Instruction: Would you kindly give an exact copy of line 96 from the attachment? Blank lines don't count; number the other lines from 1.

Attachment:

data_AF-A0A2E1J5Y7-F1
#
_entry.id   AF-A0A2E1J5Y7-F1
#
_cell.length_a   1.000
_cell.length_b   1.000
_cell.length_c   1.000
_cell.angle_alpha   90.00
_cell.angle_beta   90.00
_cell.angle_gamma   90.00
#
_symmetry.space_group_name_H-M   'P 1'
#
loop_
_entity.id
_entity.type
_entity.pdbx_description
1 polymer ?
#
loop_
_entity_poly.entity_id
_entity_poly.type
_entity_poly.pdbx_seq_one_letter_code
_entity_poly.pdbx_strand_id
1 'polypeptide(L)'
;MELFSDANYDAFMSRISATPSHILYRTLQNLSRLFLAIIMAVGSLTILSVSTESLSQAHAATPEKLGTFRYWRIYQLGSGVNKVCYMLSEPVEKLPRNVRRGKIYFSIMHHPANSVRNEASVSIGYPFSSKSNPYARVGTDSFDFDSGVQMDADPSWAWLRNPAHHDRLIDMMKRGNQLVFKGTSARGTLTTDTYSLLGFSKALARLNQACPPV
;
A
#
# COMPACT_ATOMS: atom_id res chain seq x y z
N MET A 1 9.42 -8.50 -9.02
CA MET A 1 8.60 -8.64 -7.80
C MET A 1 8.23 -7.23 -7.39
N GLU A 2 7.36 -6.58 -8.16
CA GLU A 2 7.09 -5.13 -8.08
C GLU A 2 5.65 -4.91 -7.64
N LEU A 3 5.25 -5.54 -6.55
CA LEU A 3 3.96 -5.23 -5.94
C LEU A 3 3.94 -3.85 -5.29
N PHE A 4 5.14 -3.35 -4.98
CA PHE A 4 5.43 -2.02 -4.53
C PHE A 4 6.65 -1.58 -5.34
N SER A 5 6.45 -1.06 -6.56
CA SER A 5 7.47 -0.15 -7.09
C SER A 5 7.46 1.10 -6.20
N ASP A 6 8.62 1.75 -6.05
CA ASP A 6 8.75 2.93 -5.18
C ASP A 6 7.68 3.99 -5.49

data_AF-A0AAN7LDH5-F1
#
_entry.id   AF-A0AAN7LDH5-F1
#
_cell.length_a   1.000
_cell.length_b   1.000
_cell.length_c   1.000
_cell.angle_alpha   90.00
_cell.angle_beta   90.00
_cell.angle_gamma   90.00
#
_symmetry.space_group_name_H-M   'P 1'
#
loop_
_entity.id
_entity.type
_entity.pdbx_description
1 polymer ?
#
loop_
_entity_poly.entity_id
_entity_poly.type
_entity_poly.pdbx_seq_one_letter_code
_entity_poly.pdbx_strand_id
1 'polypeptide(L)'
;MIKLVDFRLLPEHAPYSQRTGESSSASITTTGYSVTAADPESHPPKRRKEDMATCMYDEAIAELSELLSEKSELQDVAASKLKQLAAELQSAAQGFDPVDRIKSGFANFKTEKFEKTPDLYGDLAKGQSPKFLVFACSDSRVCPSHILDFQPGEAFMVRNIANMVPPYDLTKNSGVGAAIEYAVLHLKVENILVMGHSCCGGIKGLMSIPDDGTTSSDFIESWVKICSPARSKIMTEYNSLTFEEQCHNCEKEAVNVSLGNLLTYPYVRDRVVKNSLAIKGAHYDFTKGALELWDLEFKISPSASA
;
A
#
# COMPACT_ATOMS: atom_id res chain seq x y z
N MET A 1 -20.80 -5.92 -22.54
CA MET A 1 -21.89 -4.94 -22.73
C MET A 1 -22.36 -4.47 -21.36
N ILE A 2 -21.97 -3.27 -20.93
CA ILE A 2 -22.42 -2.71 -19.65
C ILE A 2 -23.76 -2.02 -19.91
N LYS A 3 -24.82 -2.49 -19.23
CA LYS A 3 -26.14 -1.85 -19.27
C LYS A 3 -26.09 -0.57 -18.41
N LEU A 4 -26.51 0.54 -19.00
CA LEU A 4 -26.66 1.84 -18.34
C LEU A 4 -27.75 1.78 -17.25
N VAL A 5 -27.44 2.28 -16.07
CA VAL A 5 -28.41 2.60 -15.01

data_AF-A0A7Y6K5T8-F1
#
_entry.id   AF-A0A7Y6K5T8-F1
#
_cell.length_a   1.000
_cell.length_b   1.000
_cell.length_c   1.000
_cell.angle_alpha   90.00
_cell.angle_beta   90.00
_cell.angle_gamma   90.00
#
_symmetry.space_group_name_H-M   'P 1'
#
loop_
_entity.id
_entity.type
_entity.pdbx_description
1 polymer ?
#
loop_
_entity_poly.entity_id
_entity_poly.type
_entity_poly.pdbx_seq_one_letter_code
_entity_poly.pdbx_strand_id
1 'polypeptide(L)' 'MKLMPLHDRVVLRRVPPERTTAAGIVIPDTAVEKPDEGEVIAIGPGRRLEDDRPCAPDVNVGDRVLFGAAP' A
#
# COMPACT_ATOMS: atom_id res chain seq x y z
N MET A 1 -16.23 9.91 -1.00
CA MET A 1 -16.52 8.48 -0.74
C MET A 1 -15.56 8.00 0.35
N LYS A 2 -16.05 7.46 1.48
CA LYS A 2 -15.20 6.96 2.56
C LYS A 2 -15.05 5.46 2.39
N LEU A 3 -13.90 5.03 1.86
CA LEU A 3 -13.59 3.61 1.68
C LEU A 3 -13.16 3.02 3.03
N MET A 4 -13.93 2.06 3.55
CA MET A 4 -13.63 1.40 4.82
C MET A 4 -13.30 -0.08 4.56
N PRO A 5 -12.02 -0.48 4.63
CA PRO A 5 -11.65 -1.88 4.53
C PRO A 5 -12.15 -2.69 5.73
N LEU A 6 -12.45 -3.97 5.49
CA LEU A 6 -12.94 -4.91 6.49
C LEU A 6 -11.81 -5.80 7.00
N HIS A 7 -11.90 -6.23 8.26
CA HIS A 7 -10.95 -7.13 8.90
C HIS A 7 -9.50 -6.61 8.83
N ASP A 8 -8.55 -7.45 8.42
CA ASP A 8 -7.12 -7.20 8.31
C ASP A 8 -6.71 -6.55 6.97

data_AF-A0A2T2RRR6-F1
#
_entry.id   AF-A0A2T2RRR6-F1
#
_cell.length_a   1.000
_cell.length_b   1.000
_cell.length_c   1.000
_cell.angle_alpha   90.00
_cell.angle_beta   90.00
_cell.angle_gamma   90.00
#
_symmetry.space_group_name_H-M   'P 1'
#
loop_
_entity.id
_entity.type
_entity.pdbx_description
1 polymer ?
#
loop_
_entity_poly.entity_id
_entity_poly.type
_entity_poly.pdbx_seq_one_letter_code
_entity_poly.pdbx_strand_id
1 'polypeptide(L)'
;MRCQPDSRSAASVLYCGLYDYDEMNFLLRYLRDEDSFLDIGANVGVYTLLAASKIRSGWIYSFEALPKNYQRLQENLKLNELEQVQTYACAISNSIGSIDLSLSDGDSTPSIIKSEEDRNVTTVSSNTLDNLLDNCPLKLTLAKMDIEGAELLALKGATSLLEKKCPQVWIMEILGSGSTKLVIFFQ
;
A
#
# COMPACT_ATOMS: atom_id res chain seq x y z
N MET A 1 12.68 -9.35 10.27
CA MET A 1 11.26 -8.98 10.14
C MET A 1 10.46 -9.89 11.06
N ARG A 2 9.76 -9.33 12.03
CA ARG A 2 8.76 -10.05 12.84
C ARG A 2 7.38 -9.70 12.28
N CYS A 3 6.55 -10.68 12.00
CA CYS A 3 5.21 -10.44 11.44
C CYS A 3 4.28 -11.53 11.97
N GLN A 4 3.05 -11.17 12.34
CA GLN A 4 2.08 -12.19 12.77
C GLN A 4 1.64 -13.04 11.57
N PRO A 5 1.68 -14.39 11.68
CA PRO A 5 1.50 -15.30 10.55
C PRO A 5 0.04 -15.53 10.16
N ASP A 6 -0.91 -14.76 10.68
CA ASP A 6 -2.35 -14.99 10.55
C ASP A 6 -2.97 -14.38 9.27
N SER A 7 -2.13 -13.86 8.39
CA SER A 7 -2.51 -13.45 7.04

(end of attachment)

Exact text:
#